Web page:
Electronics

Artist illuminates the Uluru desert with 50,000 glowing spheres

Artist illuminates the Uluru d...
Field of Light comprises 50,000 frosted glass spheres on stems
Field of Light comprises 50,000 frosted glass spheres on stems
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Field of Light's is powered by 36 portable solar panels
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Field of Light's is powered by 36 portable solar panels
Field of Light comprises 50,000 frosted glass spheres on stems
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Field of Light comprises 50,000 frosted glass spheres on stems
Field of Light was conceived by British artist Bruce Munro
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Field of Light was conceived by British artist Bruce Munro
Field of Light's spheres, stems and cables are illuminated in a host of different colors
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Field of Light's spheres, stems and cables are illuminated in a host of different colors
Field of Light uses 144 projectors as light sources
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Field of Light uses 144 projectors as light sources
Field of Light makes the otherwise dark 49,000-sq m (527,000-sq ft) area on which it is installed awash with color
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Field of Light makes the otherwise dark 49,000-sq m (527,000-sq ft) area on which it is installed awash with color
Field of Light has a diameter of 250 m (820 ft)
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Field of Light has a diameter of 250 m (820 ft)
The Field of Light installation is located near Uluru in Australia
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The Field of Light installation is located near Uluru in Australia
Bruce Munro conceived of the Field of Light installation during a visit to Uluru in 1992
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Bruce Munro conceived of the Field of Light installation during a visit to Uluru in 1992
Field of Light has been exhibited in a number of other places since 2004
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Field of Light has been exhibited in a number of other places since 2004
The Field of Light the stems weigh around 15 tonnes (16.5 tons) in total
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The Field of Light the stems weigh around 15 tonnes (16.5 tons) in total
The equipment for Field of Light was transported more than 19,000 km (11,800 mi) to be exhibited at Uluru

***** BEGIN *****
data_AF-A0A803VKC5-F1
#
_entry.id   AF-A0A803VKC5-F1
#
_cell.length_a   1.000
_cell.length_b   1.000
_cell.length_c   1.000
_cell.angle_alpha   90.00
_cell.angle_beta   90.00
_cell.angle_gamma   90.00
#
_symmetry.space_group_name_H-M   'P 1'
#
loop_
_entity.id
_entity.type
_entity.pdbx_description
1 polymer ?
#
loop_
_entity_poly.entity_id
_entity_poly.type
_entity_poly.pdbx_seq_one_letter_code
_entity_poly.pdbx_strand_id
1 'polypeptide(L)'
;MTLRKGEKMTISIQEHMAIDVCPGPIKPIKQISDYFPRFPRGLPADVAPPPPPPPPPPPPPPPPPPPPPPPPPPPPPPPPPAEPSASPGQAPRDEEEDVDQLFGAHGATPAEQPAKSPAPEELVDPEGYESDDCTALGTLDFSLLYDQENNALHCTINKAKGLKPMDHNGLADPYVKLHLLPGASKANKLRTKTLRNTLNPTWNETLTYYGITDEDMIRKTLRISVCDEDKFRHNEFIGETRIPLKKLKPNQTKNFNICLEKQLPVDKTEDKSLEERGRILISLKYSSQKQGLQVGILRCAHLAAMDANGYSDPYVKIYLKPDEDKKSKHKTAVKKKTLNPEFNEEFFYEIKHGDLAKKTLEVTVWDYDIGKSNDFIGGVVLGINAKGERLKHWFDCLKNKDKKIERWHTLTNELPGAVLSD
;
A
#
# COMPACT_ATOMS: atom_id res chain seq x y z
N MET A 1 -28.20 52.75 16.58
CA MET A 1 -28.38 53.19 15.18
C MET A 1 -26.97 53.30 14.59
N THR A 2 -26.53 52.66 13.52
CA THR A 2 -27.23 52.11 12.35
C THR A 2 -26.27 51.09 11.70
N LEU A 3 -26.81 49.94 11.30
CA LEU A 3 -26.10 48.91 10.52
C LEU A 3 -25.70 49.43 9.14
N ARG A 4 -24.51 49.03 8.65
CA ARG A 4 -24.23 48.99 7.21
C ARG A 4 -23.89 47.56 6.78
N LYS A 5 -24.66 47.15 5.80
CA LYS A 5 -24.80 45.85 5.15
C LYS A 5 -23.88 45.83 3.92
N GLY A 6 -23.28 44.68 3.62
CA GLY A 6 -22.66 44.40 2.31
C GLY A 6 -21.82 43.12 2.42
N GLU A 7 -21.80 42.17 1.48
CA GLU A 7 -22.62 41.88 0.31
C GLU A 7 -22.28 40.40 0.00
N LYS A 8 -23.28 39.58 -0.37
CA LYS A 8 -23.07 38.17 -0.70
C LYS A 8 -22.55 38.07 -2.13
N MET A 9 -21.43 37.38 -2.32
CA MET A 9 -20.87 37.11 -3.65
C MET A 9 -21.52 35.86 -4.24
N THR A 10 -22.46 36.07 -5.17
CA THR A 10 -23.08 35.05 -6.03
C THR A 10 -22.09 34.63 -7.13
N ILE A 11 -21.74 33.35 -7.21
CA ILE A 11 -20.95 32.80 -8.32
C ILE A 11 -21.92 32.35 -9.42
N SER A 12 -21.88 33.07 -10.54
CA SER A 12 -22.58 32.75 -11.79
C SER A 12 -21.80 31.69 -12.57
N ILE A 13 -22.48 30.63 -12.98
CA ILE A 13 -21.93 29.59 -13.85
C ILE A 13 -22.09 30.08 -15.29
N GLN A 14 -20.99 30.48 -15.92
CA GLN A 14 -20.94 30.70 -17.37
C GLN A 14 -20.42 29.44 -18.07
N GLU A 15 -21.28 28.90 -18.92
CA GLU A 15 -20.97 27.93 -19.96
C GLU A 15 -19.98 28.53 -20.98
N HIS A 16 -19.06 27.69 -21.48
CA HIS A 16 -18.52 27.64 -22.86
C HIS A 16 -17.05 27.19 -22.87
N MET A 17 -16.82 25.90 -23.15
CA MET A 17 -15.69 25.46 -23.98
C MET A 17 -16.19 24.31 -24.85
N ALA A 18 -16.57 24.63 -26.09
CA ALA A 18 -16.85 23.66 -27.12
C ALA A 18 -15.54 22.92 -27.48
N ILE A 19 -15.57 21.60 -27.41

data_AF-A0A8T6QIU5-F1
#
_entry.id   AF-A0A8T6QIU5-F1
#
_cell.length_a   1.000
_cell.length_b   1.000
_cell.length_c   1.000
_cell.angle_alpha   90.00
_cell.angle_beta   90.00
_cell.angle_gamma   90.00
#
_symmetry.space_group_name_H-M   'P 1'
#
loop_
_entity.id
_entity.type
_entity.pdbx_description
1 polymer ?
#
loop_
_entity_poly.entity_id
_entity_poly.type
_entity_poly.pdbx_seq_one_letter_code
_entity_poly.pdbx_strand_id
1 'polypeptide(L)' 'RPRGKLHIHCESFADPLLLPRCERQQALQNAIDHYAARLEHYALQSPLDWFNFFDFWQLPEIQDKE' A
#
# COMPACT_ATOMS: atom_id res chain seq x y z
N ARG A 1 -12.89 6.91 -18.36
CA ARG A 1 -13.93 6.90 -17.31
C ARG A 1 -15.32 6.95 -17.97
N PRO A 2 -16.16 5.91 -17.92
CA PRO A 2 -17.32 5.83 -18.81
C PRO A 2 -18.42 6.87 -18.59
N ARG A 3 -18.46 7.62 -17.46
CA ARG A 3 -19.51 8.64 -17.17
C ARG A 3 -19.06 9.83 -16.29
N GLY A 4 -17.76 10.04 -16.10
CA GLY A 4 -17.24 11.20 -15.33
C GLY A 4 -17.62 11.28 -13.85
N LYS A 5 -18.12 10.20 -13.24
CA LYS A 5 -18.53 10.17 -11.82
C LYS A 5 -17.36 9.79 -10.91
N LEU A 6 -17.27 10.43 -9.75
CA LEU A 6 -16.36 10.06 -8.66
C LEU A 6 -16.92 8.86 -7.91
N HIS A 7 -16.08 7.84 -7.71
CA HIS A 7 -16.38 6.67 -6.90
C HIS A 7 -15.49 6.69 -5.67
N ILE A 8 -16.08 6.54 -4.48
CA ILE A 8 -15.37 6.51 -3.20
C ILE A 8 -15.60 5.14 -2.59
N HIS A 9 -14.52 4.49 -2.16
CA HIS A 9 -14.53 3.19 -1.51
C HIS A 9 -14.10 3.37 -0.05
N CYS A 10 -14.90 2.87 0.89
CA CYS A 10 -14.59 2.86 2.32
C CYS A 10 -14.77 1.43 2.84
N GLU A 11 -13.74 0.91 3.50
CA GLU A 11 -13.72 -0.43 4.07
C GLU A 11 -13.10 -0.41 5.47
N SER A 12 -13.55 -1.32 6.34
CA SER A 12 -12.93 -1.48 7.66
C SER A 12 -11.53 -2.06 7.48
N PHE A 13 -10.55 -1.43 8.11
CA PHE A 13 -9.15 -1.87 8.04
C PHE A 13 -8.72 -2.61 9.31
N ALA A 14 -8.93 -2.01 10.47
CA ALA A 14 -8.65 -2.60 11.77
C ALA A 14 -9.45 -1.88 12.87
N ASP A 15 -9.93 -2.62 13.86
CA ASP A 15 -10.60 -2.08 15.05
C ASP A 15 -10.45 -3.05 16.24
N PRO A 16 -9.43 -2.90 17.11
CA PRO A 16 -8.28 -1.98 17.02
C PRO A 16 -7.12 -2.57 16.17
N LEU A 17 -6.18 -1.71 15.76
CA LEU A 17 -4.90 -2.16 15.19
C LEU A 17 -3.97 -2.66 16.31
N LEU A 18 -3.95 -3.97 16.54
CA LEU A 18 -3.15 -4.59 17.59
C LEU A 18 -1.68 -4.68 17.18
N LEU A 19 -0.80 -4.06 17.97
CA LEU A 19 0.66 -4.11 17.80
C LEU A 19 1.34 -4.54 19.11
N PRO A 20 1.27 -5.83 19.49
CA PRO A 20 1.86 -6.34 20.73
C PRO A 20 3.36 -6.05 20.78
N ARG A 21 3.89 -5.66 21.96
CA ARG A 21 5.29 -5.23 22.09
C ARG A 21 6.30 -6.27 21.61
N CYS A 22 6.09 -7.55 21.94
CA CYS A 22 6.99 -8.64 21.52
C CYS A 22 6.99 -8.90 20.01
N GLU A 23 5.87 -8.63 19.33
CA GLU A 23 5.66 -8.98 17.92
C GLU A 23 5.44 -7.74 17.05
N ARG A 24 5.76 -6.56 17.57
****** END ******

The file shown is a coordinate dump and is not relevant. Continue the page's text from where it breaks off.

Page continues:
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The equipment for Field of Light was transported more than 19,000 km (11,800 mi) to be exhibited at Uluru
Field of Light took over 2,800 hours to design and build in the UK and a further 3,900 hours to recreate on site
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Field of Light took over 2,800 hours to design and build in the UK and a further 3,900 hours to recreate on site
Field of Light's 50,000 spheres are connected by over 380 km (236 mi) optical fiber cable
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Field of Light's 50,000 spheres are connected by over 380 km (236 mi) optical fiber cable
View gallery - 14 images

You may think that Australia's Uluru, or Ayers Rock, is majestic enough. British artist Bruce Munro, however, has created a solar-powered light installation close to the rock formation that he hopes will give visitors an even more magical experience.

Munro conceived of his idea for an artwork that would "bloom at night" during a visit to Uluru in 1992 and has been planning for it to be exhibited there ever since. While it's been developed and exhibited in a number of places in the meantime, only now has it come to the place for which the idea was originally conceived.

The Field of Light installation comprises 50,000 frosted glass spheres on stems, which are connected by over 380 km (236 mi) of fiber optic cable. Using 144 projectors as light sources, the spheres, stems and cables are illuminated in a host of different colors. The installation is said to have taken over 2,800 hours to design and build in the UK, and a further 3,900 hours to recreate on site.

The effect is to make the otherwise dark 49,000-sq m (527,000-sq ft) area on which the exhibit is installed awash with color, via what look like tall luminous flowers. Visitors to the installation are able to walk around the circular installation, which has a diameter of 250 m (820 ft), and amongst the "flowers." Admission costs from AU$35.

The Field of Light installation opened on April 1st and will run through until March 31st, 2017.

Sources: Bruce Munro, Voyages, Ayers Rock Resort

View gallery - 14 images
4 comments
Keith Reeder
Art? This is as much "art" as what you get from a chimp splashing paint onto a white sheet...
Bob Flint
ART!!! Shameful waste of resources, mockery of mother nature's true prowess...
FollowTheFacts
...I had a somewhat analogous idea twenty years ago – creating a ring of light, utilizing some sort of spotlights, pointed upwards, radio-controlled...and so large and bright enough, that it could be seen from space. I fantasized that the state of Nevada possibly could be used for such a project. The lights would be computer controlled to create waves of lights or any kind of "rhythmic patterns"...a sort of "hello" from Earth to anyone who might see it... So I like this thing done in Australia...heck of an undertaking...much admiration...
dsiple
I'm an artist, and I'd like to know what the aboriginals think about this installation on a place that's sacred to them. Having a hard time with this.